The new age of cyberbullying

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There has been an increase in cyberbullying with the rise of social media. According to the Canadian government, “cyberbullying involves the use of communication technologies … to repeatedly intimidate or harass others”. Federal and provincial governments have effected legislative change to make harmful cyberbullying behaviours criminal or at least provide civil remedies for those harmed. Other methods of deterring cyberbullying include education and policies implemented by social media platforms. Cyberbullying is not limited to children and teens. Similar to schools, workplaces should have policies and guidelines in place which provide for a safe environment for their employees.

Legislative and jurisprudential intervention

Federal legislation: Under the Canadian Criminal Code there are numerous laws that apply to cyberbullying, depending on the specific behaviour. The most specific cyberbullying provision in the Criminal Code is section 162.1 which was introduced in 2015 to address the sharing of intimate images without consent. There are, however, other criminal provisions that can apply if the cyberbullying does not involve intimate images, depending on the nature of the activity involved, including:

  • criminal harassment (section 264)
  • uttering threats (section 264.1)
  • intimidation (subsection 423(1))
  • extortion (section 346)
  • false messages, indecent or harassing telephone calls (section 372)
  • counselling suicide (section 241)
  • defamatory libel (sections 298-301)
  • incitement of hatred (section 319)

Provincial legislation: Provincial governments have similarly attempted to deter cyberbullying through legislation. For example:

  • Nova Scotia recently proclaimed the Intimate Images and Cyber-Protection Act (IICPA), which replaces the Cyber-safety Act that did not withstand a 2015 constitutional challenge. The IICPA provides broad remedies for victims and parents if they can identify the perpetrator, the IP address holder, or email address owner. In addition, it reinstates the role of the CyberScan unit which can assist victims in navigating the justice system. The IICPA does not create liability for social media platforms.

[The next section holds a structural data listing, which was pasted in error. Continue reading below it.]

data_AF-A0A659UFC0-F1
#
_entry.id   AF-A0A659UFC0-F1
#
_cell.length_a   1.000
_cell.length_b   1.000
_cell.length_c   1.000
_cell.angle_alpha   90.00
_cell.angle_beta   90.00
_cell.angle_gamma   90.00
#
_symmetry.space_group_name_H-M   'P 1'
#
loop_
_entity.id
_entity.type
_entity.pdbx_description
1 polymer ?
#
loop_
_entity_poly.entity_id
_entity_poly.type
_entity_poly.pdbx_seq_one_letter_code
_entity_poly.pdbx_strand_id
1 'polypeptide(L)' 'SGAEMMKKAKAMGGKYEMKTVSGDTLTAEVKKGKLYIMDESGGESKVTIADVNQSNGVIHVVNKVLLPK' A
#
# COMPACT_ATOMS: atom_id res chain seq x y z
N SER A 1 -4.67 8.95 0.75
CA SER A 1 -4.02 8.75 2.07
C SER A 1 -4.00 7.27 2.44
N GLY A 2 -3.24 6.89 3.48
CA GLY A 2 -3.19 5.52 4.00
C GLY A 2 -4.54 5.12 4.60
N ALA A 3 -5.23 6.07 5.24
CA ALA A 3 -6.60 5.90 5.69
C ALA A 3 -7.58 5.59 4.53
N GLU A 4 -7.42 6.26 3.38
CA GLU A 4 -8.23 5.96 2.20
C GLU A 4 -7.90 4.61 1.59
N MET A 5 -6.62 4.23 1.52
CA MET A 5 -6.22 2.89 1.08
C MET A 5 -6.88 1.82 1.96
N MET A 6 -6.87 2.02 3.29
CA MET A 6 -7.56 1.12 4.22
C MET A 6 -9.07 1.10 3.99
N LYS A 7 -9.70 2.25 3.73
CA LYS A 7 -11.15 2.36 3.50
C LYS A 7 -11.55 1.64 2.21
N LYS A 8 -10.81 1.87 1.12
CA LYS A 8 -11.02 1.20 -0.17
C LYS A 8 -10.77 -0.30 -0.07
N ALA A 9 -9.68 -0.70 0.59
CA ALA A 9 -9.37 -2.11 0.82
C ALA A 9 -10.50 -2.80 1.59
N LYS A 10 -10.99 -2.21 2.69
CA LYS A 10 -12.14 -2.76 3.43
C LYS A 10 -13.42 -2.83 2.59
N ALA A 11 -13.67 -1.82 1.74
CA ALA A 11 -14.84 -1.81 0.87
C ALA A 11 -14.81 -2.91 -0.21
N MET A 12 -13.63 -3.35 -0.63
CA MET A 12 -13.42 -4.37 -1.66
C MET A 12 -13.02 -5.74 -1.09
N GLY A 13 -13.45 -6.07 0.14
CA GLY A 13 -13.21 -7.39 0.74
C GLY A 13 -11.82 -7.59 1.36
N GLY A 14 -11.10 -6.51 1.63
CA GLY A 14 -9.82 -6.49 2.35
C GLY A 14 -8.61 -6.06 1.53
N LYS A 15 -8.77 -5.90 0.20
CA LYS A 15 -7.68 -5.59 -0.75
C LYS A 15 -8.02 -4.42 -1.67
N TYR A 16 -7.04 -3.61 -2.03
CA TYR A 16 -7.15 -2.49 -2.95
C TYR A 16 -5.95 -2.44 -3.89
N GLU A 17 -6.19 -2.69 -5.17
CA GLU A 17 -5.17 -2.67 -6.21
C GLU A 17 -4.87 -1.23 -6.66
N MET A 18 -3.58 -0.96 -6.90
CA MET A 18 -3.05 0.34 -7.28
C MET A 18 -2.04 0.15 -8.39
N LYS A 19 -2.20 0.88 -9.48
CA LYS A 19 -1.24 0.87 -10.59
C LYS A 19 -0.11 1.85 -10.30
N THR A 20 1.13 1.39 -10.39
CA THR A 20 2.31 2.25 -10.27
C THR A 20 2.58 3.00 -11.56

• Though not specific to cyberbullying, Ontario has the Safe Schools Act. The Safe Schools Act specifically includes online behaviour for which students may be suspended or expelled. In addition, education legislation typically includes definitions of cyberbullying.
  • Alberta’s Education Act has a bystander requirement – students who witness cyberbullying must report it or face potential consequences.

Canadian jurisprudence: The jurisprudence has also progressed with respect to cyberbullying. For example, the Ontario Superior Court of Justice recognized a new civil law tort called “public disclosure of embarrassing private facts” in 2016. The new tort would recognize that certain online conduct could have a negative impact on the physical and mental health of a plaintiff, as well as potential downstream effects on a plaintiff’s professional life.

International legislation: Governments around the globe have targeted cyberbullying through legislation, though each has a unique method of dealing with online conduct. For example, section 230 of the Communications Decency Act in the U.S. creates immunity for “providers of interactive computer services”. This provision has been criticized as eliminating potential redress for victims of cyberbullying, especially those who cannot identify the aggressor. In addition, US courts have held that the immunity does not incentivise social media platforms to create policies and tools to deter cyberbullying.

Social media platforms and other online communications

In deterring cyberbullying on social media platforms, social media companies must balance free speech with protection of their users from privacy breaches and social harm–which is part of the reason that Canadian courts have been reluctant to create a third party liability for these types of companies. To balance these interests, some social media companies have bullying policies and make tools available to users to report and block inappropriate content.

Aside from social media apps, other forums such as video streaming sites and video games also provide opportunities for cyberbullying to take place. These fora can sometimes rise significant concerns, as the malicious content is often transient and is more difficult to track and prove subsequently. For example, it would be much more difficult for schools to monitor and/or obtain evidence of behaviour that occurs on a microphone during a multi-player online game.

Conclusion

Cyberbullying is an issue that is best addressed through many avenues. Currently, liability is limited to the perpetrator of the cyberbullying. Given the growing rate of cyberbullying that occurs on online forums and the reputational risk to social media companies who host those platforms, it is in the interests of both the users and the company to have meaningful cyberbullying policies, reporting tools, and meaningful repercussions available to those who cyberbully others.